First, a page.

By CAROLYN TAYLOR
YESTERDAY I had a conversation with an organisational development manager who used this word to describe his organisation’s goal in relation to their efforts on culture next year.
“We need to refresh our culture and re-engage people in our purpose for wanting to improve it.”
Given so many companies already have dedicated effort to building values and behaviour that suits their goals and strategies, it is likely for a moment to come where it seems important to refresh.
As always, in thinking through my response to his comments, I reverted to my basic framework of walking the talk.
To refresh their organisation, leaders will have to refresh themselves. This ‘refreshing’ process will happen on two levels: Reviewing the belief in the business value being created, and reconnecting with the individual passion to lead a change in culture.
1. Reviewing the business value
When an organisation starts to focus attention on culture, the business case for doing so is usually well defined: A change in market conditions, a failure to meet certain performance standards, a new strategy.
Over time, initiatives to align culture to meet these conditions take on a life of their own, as any complex project does.
A training programme, for example, may be rolled out to large numbers of people. Leaders can lose touch, during the course of all this activity, with the original driver for the required change. And, with time, the new strategy may become business as usual.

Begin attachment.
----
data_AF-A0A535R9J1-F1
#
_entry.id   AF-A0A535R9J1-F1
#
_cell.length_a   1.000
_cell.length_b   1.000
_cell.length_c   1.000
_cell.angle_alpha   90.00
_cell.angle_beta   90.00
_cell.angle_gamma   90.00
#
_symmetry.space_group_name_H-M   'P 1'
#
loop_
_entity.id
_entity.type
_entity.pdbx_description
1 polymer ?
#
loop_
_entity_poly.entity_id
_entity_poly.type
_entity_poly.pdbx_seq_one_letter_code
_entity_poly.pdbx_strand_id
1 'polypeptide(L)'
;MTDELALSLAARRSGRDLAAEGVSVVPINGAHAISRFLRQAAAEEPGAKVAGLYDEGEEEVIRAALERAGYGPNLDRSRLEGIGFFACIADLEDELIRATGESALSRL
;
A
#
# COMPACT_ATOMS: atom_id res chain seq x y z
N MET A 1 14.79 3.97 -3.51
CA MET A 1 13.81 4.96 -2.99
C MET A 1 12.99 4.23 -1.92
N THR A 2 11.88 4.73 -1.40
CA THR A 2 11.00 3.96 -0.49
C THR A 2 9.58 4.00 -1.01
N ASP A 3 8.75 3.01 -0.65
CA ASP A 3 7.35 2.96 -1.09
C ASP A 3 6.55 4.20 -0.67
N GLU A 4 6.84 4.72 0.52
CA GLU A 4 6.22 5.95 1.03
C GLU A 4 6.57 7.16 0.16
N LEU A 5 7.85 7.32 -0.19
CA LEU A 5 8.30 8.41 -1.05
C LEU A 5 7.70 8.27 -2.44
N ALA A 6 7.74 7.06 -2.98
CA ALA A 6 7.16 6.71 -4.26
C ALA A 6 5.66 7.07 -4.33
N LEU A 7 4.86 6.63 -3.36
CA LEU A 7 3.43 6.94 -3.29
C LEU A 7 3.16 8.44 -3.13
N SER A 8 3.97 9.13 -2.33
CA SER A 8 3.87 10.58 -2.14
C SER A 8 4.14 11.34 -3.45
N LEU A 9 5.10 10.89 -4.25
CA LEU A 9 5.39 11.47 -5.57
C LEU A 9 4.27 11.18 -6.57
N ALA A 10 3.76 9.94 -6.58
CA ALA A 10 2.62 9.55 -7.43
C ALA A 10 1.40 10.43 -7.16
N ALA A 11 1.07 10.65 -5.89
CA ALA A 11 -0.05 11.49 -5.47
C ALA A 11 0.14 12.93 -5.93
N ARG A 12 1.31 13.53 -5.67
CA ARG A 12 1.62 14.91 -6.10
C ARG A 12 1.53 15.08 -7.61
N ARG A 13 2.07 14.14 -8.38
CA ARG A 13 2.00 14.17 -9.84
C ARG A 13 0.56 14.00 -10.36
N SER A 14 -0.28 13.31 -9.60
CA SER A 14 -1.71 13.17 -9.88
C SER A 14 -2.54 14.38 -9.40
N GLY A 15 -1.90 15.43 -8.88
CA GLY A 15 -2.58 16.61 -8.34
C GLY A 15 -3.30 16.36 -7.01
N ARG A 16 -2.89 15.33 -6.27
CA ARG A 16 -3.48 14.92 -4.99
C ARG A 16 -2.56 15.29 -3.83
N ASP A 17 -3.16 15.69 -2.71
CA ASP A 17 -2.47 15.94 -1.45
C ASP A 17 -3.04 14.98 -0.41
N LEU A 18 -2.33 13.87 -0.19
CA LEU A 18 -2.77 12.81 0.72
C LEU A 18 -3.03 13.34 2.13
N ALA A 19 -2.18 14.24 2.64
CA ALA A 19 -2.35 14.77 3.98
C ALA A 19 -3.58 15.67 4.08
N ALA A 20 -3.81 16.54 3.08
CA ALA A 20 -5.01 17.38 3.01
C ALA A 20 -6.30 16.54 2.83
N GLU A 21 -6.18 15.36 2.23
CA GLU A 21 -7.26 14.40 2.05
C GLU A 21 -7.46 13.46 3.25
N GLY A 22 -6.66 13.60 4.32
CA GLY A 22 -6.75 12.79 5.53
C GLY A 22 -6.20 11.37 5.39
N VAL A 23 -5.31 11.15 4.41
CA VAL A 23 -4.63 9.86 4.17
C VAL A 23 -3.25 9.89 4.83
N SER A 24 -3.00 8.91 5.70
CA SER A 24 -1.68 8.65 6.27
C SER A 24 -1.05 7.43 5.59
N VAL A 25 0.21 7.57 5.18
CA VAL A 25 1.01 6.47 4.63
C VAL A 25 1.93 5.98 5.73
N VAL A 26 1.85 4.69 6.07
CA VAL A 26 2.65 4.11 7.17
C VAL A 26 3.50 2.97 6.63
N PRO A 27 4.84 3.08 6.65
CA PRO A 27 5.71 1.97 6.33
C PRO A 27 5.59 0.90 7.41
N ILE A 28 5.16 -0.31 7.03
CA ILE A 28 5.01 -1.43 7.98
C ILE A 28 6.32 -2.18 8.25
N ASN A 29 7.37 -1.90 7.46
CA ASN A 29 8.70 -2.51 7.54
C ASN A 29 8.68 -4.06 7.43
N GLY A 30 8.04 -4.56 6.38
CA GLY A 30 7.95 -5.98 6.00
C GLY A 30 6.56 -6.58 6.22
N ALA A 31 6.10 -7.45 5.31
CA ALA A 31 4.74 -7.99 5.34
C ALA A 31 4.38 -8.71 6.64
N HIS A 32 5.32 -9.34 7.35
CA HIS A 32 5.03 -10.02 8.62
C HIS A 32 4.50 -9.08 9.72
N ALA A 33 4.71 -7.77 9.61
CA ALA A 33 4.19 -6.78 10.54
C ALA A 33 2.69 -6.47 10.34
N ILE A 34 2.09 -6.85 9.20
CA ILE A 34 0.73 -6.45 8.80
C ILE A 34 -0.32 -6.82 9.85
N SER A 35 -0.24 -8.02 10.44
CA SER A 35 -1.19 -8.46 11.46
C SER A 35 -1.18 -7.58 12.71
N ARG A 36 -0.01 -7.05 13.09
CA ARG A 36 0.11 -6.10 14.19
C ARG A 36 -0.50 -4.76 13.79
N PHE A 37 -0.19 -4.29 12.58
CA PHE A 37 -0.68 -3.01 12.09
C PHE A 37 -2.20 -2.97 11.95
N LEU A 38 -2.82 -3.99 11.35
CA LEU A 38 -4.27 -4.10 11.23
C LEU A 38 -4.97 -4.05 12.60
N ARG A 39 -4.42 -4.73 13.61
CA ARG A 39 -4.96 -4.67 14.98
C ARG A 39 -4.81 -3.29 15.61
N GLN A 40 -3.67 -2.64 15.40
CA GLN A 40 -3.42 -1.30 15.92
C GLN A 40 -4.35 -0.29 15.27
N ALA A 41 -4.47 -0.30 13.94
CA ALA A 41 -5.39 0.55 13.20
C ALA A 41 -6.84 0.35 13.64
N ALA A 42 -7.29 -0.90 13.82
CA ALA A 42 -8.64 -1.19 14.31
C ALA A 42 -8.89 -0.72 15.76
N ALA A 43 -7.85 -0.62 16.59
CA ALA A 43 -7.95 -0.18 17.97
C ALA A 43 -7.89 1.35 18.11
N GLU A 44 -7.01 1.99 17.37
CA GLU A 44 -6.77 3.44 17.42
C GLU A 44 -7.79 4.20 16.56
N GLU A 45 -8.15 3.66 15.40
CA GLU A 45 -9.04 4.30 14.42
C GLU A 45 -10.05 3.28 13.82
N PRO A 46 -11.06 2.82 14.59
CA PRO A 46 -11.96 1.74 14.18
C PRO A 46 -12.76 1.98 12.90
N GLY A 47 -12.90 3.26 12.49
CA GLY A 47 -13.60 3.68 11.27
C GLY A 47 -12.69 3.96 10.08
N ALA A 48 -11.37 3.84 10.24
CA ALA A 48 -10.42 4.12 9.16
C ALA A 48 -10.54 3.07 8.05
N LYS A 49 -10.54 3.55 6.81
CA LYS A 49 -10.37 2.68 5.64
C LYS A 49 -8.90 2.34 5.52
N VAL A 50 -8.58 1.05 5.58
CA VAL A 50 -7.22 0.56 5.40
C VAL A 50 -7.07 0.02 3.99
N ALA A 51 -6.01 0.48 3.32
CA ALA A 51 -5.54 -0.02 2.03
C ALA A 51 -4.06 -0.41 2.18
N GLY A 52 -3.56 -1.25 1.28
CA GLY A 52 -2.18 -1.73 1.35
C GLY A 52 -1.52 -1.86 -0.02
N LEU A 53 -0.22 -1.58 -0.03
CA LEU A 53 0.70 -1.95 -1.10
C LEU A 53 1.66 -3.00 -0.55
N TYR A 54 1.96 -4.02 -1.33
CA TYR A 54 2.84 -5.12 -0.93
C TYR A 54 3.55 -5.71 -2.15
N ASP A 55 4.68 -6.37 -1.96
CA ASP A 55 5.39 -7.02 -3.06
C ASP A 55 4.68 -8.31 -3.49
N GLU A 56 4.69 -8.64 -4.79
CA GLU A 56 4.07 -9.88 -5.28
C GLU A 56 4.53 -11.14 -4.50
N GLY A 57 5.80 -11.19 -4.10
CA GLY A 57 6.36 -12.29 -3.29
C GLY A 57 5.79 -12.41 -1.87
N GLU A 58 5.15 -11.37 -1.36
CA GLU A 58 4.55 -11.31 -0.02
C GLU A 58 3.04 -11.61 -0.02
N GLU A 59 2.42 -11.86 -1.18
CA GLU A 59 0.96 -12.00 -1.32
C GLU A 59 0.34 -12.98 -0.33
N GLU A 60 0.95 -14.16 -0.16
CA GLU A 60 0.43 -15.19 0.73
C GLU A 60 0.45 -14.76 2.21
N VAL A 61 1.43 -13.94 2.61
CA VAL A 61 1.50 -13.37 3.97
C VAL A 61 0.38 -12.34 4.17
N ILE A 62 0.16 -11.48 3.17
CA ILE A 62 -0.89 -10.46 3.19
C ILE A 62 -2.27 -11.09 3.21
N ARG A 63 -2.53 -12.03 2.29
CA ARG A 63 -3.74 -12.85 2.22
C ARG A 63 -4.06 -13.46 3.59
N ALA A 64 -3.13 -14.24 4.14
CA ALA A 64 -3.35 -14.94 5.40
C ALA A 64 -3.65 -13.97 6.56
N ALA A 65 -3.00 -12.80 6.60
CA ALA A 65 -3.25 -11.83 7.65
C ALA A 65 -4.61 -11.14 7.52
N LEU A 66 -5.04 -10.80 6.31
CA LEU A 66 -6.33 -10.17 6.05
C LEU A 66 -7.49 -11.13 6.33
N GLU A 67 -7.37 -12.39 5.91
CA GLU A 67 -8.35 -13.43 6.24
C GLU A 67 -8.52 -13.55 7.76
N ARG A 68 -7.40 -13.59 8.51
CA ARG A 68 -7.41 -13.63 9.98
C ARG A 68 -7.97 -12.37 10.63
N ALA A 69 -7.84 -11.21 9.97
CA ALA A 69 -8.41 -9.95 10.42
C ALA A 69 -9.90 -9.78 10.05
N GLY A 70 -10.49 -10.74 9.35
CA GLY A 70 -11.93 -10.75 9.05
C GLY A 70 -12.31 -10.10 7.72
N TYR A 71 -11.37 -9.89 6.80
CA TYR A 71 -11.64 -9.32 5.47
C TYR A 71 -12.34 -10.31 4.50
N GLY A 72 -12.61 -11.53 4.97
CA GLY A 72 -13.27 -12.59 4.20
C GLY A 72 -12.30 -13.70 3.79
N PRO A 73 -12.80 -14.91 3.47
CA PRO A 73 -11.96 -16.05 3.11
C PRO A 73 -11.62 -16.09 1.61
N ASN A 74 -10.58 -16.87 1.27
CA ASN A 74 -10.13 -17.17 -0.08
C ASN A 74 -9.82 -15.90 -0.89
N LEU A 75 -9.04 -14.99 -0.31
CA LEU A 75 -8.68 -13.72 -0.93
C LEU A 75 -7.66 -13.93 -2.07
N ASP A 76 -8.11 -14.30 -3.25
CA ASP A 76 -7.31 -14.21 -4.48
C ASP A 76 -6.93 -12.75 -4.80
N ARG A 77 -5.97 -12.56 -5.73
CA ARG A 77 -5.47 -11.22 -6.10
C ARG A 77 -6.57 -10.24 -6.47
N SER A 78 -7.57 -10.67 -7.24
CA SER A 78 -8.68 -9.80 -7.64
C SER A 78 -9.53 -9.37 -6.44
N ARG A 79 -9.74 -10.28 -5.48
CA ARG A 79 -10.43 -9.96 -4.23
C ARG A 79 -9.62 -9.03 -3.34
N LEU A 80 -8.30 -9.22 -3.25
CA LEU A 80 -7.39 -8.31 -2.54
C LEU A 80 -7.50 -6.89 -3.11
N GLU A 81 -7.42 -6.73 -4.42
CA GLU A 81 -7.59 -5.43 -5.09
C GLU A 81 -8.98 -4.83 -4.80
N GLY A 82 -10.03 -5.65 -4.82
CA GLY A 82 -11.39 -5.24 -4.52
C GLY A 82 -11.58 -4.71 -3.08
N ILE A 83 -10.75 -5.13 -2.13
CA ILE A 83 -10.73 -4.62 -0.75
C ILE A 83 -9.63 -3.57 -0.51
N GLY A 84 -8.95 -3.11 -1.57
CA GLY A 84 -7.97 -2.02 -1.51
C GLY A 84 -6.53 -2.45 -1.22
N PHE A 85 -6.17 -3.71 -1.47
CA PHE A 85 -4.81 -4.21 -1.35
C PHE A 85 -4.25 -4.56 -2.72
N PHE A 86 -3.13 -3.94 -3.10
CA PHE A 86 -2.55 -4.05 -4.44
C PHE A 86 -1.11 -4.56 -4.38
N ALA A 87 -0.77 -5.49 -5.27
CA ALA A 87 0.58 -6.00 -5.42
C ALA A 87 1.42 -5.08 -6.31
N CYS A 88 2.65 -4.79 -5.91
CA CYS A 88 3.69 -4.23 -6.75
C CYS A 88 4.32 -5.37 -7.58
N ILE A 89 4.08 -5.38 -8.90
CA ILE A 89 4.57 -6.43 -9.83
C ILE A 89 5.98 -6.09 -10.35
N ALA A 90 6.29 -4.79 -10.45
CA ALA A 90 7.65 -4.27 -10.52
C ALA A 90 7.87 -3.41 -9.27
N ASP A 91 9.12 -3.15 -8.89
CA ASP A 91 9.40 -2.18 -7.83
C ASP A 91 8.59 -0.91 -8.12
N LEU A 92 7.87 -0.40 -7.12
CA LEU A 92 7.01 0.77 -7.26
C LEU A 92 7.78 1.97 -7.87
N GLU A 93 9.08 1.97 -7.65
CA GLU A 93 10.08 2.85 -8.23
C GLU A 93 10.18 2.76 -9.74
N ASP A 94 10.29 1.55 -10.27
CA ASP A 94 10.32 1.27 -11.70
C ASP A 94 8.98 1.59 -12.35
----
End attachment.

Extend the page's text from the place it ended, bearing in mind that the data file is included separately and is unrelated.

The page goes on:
It is valuable at this point to pause and review how the businesses require people to behave?
Is it still relevant that we focus on culture? Which elements of culture are now most important?
2. Reconnecting with the personal vision.
There is a point after the first or second phase of activity associated with changing a culture where there can be a pause in the action, and employees look to the leaders to see whether this is ‘just a programme’ or a way of life.
The answer will depend on the leader’s values, passion and vision. A leader who has integrated the cultural aspirations into who they are will be credible regardless of any planned, scheduled set of cultural activities.
As a cultural leader, this can be a good time to hold up the mirror. Check with others (formally through research, or informally) how they see your behaviour.
Check with yourself whether you see culture as a task or a way of life. Consider hiring a new coach to refresh your own thinking.
A leader who continues to commit to their own personal growth will continually refresh the culture, in line with his or her own learning process.
Carolyn Taylor is one of the world’s foremost experts in organisational culture change and the CEO of Walking the Talk. She has run workshops with 50,000 leaders, worked alongside 200 culture change journeys, consulted on 15 mergers & acquisitions, coached 60 CEOs and worked in 35 countries. She is also the author of Walking the Talk: Building a Culture for Success (Random House). To engage with her, email us at email@example.com.